Hey folks; I'm trying out something new and hope to do occasional Women's Rights Wednesday publications here -- let me know what you think and whether you have suggestions for other specific human rights topics I could cover in specialized weekly columns like this one. As always, thanks for your participation and feedback!
Geraldine Ferraro died this past week; she was the first female candidate for Vice President of the United States, running with Walter Mondale in 1984 on the Democratic ticket. That run paved the way for female politicians in local, state and national elections ever since. Her New York Times obituary is online here, the Economist's is here and the Guardian's is here.
• Egypt = Women must be involved in the rebuilding of Egypt; they were excluded from the official constitutional amendment process on 19th March, which included the passage of a provision which could be interpreted to mean that only men are eligible for the office of President. Women, who were active and equal participants in the protests and demonstrations, must be included in the parliamentary and presidential elections as both candidates and voters. Citizens – men and women – fought for a free democratic nation and a new Egypt, and all must be included in the nation building. Women demonstrators on International Women's Day were attacked and told to go home and feed their babies, told that they were not proper Egyptians, and “now” is not the time to pursue women's issues. (HRW)
• Egypt = Twice in one week, Egypt? Bummer. But that's what you get when you require female protestors to undergo virginity tests. As an Amnesty rep said, “women and girls must be able to express their views on the future of Egypt and protest against the government without being detained, tortured, or subjected to profoundly degrading and discriminatory treatment.” Having government security forces check your privates to determine whether or not you are sexually active reeks of torture, degradation and discrimination to me. (AI)
• Gambia = A gathering this week brought together leaders, advocates and security officers to discuss the implementation of women's rights in Gambia, on issues including gender-based violence and the Women's Act of 2010. The goal was to educate young people about their rights and the government's obligations toward them. (AA)
• Somalia = A class at the Burtinle Secondary School is involved in a pilot program called the Management of Maturation Project which gives teenagers life-skills classes and tries to prevent school drop-outs, especially of girls. The programming discusses questions such as why girls are most likely to drop out of school (the girls voted for early marriage as the most common reason, while boys thought it was menstruation) and encourages debate in general. (UNICEF)
• USA = Walmart is involved in a massive class action suit regarding the allegation that female employees have been subject to a discriminatory policy which determined pay increases and promotion potential. (BHR)
• Guatamala = Canadian company HudBay Minerals is accused in the deaths of eleven indigenous Mayan women who were allegedly gang-raped by mining company security officers, police and military personnel who helped expel the Mayan Q'eqchi community from their homes to make room for HudBay's Fenix mining project. (BHR)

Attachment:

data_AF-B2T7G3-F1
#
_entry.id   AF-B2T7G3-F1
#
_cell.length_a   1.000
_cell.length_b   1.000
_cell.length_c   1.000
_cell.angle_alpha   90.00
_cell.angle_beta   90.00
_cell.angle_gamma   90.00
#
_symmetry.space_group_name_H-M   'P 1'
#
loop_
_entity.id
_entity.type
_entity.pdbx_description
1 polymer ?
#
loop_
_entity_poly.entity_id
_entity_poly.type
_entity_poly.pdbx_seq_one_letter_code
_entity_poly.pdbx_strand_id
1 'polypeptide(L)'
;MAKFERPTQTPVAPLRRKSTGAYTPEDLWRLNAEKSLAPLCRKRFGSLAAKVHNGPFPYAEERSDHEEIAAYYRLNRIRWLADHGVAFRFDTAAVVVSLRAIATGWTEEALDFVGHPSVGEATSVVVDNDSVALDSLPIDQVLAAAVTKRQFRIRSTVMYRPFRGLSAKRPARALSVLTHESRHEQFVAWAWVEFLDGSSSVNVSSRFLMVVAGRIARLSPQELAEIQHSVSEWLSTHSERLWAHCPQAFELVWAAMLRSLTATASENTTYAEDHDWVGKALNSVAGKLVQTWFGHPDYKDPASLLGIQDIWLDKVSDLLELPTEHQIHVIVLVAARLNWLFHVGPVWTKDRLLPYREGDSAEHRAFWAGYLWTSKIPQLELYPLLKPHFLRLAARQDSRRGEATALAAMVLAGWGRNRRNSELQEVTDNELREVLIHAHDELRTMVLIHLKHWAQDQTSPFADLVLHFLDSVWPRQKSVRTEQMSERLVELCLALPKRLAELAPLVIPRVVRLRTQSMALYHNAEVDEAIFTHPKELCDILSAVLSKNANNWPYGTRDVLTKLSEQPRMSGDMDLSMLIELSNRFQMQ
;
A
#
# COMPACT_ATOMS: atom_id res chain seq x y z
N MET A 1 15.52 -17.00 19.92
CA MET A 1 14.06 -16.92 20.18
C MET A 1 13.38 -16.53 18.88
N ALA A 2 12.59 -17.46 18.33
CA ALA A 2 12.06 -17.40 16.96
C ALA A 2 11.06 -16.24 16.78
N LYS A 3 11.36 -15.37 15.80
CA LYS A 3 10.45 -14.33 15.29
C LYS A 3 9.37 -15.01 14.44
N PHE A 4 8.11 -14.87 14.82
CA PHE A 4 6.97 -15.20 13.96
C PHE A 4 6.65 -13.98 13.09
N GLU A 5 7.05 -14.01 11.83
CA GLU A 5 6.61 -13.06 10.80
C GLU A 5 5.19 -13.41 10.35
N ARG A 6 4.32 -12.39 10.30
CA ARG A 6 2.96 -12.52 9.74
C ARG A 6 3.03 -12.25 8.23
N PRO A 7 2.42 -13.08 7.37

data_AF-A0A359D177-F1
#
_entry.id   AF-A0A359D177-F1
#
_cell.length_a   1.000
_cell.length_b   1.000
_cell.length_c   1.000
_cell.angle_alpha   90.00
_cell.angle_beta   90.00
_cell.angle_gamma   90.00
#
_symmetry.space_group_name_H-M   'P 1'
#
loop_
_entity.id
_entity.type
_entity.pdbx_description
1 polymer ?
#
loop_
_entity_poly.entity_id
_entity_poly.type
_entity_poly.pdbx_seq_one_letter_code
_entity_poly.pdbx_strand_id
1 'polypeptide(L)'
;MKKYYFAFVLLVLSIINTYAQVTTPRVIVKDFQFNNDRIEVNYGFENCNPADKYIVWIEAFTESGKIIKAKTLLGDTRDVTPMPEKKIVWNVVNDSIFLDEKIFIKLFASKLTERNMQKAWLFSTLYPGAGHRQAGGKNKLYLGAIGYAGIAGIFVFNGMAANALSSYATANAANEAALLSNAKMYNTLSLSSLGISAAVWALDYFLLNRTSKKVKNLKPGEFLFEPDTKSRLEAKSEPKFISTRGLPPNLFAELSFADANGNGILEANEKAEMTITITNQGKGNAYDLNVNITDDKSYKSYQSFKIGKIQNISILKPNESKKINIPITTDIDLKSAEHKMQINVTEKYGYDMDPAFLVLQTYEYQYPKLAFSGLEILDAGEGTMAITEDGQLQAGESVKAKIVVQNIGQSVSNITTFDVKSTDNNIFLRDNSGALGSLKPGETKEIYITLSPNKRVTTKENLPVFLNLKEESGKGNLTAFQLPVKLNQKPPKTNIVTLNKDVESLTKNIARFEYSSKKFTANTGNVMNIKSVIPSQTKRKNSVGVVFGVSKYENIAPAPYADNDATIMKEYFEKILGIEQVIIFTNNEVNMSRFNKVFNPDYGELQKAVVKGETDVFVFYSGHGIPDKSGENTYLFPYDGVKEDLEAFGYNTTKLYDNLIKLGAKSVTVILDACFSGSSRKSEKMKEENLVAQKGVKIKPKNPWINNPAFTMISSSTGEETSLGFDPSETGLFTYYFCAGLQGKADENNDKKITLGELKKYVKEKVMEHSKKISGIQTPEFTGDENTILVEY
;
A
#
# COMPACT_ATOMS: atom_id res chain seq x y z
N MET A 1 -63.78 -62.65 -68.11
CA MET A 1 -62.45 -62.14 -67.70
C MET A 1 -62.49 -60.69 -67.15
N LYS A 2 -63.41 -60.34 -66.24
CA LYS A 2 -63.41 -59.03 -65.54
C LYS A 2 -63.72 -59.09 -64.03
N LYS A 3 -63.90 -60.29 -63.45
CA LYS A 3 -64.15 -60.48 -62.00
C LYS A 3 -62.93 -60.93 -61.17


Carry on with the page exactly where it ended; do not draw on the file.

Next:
• USA = In Texas, an eleven year old was sexually assaulted on multiple occasions by at least 19 men. Why do we live in world where 19 men think it is ok to have sex with a child? What can we do to address this? (NYT)
• European Court of Justice = The Court recently decided that it was “inadmissible for car insurance providers to take into account sex-specific differences” in determining insurance rates; men's rates will remain the same and womens rates will increase to match the mens. (ADB)
• UK = The Whitehall government post dedicated to preventing female genital mutilation on girls in the UK is being abolished, to the chagrin of charities and campaigners. Over 20,000 girls in the UK are in danger of having FGM forced upon them. (GRD)
• Libya = On 26th March Attorney Eman al-Obeidi burst into Hotel Rixos in Tripoli where foreign journalists were staying and, appearing bruised and battered, told the journalists that she had been raped by 15 men in Qadaffi's security forces. She had time to show the media her bruised face, thigh, and rope-burn marks on her hands and feet. She was then forcibly removed by security forces and journalists who tried to come to her aid were beaten. She has not been seen since, and the government, which has changed its version of events several times, is investigating her for possible defamation of its forces, claiming she is a mentally ill prostitute (as though that would make the beatings tolerable). Her mother is supporting Eman's claims, saying she is not ashamed of her daughter, but is holding her head up high because her daughter has shown she is willing to break a barrier by talking publicly about being sexually assaulted. She is not the only woman imprisoned, or in danger, as many women who support the rebels have been raped or threatened with rape for their involvement in the protests. (AI, HRW, FIDH)
If you are on facebook and feel so moved, you can support her cause there.
ALSO OF INTEREST:
• Forbes recently posted this article, on The Power of Investing in Women.
• This event at John Jay College looks interesting: Mona Eltahawy is giving a free lecture on Islam, Women and the American Experience tomorrow, Thursday March 31st at 6:30pm.
• Sarah Degnan Kambou writes about why she is committed to ending child marriage here.